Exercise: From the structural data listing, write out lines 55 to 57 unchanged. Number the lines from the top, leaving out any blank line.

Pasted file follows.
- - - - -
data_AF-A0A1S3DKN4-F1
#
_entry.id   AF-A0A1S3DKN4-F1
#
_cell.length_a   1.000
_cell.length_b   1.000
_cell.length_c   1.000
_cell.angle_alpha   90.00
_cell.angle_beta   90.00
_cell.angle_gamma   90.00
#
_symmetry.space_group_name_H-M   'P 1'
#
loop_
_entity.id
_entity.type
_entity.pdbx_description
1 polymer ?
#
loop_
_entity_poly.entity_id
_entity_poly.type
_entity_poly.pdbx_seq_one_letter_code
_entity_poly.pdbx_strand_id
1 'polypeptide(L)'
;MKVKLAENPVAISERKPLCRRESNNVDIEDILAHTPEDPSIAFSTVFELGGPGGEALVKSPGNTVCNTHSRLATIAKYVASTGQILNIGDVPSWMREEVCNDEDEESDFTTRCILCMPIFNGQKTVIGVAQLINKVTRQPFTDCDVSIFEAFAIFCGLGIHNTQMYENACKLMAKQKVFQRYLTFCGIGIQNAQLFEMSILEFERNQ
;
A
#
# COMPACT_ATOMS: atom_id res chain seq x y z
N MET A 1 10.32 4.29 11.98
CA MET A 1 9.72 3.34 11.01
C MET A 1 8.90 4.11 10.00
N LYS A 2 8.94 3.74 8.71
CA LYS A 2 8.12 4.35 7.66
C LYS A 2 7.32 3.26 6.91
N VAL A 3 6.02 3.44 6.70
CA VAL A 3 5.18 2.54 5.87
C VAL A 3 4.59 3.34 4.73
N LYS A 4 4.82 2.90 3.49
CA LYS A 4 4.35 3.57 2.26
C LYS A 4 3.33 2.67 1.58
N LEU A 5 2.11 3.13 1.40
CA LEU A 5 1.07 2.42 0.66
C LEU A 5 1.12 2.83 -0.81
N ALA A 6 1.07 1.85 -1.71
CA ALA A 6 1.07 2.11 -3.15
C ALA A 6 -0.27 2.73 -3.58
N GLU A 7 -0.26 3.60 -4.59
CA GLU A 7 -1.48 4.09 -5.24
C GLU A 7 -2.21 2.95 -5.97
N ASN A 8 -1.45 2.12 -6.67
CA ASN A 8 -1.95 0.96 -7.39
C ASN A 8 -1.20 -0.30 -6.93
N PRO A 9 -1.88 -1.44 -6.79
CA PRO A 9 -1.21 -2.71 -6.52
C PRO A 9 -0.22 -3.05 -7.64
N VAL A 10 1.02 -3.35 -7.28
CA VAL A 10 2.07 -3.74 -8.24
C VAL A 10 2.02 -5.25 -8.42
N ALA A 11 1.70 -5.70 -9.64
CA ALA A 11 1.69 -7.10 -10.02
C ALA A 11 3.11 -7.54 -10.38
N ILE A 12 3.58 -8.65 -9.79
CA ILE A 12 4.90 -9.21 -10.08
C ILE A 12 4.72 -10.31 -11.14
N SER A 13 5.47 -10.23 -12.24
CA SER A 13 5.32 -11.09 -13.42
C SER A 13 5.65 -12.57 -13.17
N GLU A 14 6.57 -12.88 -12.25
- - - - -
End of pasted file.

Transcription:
N PRO A 9 -1.88 -1.44 -6.79
CA PRO A 9 -1.21 -2.71 -6.52
C PRO A 9 -0.22 -3.05 -7.64